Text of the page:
Hands up! It's the Apostrophe Police

I consider myself an enforcer of the oft-neglected and seriously misunderstood apostrophe. After 15 years of teaching in college, I can tell you for sure its days are numbered.

Few students can write beyond texting and that, of course, is a language all its own. The little old apostrophe just gets no respect. My students consider its placement to be strictly optional and a serious impediment to their creativity. "A little dot with a tail. What's the big deal, huh, professor?"

Well, the big deal is that the apostrophe makes written communication clearer and more exact. It has taken hundreds of years of trial and error for the English language to reach this point of grammatical consensus and the apostrophe has been right there, doing its part.

The apostrophe is necessary in two major ways. First, to denote a conjunctive, as I have done in the title of this piece – "it's" in place of "it is." To eliminate the apostrophe, would change the meaning from "It is" to the possessive.

Speaking of the possessive, that is where most of the confusion exists. Why? Because the apostrophe moves around a lot. If used in the singular, the apostrophe comes before an "s." When used in the plural, it comes after the "s." Example: Bill's book versus kids' haircuts. Except – get this – in the very example I used in the above paragraph! "Its" when used as a possessive does not have an apostrophe at all! Come on, apostrophe, make up your mind!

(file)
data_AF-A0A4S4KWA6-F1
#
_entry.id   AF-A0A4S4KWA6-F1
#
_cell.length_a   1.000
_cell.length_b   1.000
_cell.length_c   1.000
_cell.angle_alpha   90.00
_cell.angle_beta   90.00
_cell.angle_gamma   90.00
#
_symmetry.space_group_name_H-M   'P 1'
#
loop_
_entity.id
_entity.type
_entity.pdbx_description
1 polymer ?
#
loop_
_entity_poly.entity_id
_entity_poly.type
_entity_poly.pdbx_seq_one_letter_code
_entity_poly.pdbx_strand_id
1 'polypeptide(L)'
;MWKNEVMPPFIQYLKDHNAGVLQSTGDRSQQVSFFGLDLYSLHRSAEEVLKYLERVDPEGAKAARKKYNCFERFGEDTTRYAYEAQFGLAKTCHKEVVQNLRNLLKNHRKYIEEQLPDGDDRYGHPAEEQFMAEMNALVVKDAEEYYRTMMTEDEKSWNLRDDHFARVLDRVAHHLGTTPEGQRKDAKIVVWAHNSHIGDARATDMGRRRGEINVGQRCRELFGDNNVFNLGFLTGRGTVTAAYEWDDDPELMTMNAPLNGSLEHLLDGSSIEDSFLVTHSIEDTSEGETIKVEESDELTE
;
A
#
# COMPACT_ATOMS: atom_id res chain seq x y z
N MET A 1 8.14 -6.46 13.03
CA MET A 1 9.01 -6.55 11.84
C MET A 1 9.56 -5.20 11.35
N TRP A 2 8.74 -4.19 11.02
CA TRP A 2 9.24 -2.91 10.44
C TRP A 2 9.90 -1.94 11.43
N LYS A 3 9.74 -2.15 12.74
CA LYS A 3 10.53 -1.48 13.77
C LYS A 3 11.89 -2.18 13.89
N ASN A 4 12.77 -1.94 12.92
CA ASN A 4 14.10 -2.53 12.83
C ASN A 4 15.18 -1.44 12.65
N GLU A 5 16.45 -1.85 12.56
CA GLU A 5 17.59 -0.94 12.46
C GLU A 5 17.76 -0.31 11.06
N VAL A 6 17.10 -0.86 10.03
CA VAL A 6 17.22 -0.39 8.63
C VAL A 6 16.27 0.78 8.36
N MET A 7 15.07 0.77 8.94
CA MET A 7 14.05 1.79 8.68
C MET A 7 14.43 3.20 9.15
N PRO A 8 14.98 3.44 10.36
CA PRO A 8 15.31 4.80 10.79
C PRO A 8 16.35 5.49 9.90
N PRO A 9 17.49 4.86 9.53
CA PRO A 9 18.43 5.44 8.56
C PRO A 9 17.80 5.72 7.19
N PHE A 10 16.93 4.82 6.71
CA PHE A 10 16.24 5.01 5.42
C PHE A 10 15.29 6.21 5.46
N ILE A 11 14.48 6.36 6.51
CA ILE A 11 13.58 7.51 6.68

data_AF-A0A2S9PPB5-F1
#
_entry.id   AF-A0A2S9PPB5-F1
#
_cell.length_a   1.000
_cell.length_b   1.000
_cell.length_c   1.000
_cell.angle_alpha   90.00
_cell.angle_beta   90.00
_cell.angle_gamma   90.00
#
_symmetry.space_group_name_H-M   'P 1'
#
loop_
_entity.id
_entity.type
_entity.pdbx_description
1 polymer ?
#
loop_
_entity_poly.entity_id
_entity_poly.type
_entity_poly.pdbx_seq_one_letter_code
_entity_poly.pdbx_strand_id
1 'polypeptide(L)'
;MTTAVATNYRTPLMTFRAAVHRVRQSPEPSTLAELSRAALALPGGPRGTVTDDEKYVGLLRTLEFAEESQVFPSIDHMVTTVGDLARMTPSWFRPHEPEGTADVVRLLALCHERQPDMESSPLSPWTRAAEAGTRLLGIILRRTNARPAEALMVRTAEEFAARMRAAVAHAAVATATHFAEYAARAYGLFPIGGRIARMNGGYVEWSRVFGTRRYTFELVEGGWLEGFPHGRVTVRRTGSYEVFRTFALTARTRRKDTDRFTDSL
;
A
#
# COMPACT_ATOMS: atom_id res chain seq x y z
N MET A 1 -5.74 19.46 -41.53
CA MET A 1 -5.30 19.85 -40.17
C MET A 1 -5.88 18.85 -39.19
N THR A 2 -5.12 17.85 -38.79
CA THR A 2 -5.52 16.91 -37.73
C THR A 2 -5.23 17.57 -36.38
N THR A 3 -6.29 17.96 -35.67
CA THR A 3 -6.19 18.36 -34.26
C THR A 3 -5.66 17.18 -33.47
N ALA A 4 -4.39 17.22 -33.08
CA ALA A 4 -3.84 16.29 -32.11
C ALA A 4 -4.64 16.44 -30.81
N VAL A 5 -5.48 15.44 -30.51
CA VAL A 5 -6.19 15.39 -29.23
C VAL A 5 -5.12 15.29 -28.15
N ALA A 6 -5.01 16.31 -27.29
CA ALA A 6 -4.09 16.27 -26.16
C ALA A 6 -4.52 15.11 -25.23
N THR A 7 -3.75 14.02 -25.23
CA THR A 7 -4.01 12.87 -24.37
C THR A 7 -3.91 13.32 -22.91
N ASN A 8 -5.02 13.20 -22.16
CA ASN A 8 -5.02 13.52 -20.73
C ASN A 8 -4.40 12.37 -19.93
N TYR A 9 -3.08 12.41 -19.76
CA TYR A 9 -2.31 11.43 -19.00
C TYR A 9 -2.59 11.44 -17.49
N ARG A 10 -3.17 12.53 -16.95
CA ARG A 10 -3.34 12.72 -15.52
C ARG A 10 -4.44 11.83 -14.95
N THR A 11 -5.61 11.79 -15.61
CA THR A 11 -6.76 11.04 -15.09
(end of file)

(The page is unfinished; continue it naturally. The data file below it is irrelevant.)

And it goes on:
Then, it goes from confusing to lunacy. For example if a singular noun ends with "s," it needs another "s" with the apostrophe in front of the second "s" to denote the singular possessive. Example: The bus's lights went out. Same with a proper name – Reeves's Superman. Okay, simple enough.

But, oh no, not when it comes to apostrophes.

If you're writing for a newspaper, like I am, AP Style calls for no additional "s," just the apostrophe.

And in the bus example, if it were plural buses, no additional "s" is required and the apostrophe would come after the last "s." The buses' lights went out. What's a "texter" to do?

Well, l will tell you what most of my students do - forget the whole thing. Since they cannot decide where apostrophes go, they don't use them at all. "Hey, professor, that way we're not really wrong, just undecided."

And it is not just students. It is businesses, too. In my above example: kids' haircuts, the actual sign read: kids haircuts. I was going to add the apostrophe, but grammatical terrorism carries stiff sentences.

The poor, doomed apostrophe. The more it is ignored, the more it will be ignored. The day will come when apostrophes go the way of the dinosaurs.

Or is it dinosaurs'? Or maybe dinosaur's?

Thank god for texting.

- Bill Barre of Hinsdale is a contributing columnist. Readers can email him at [email protected].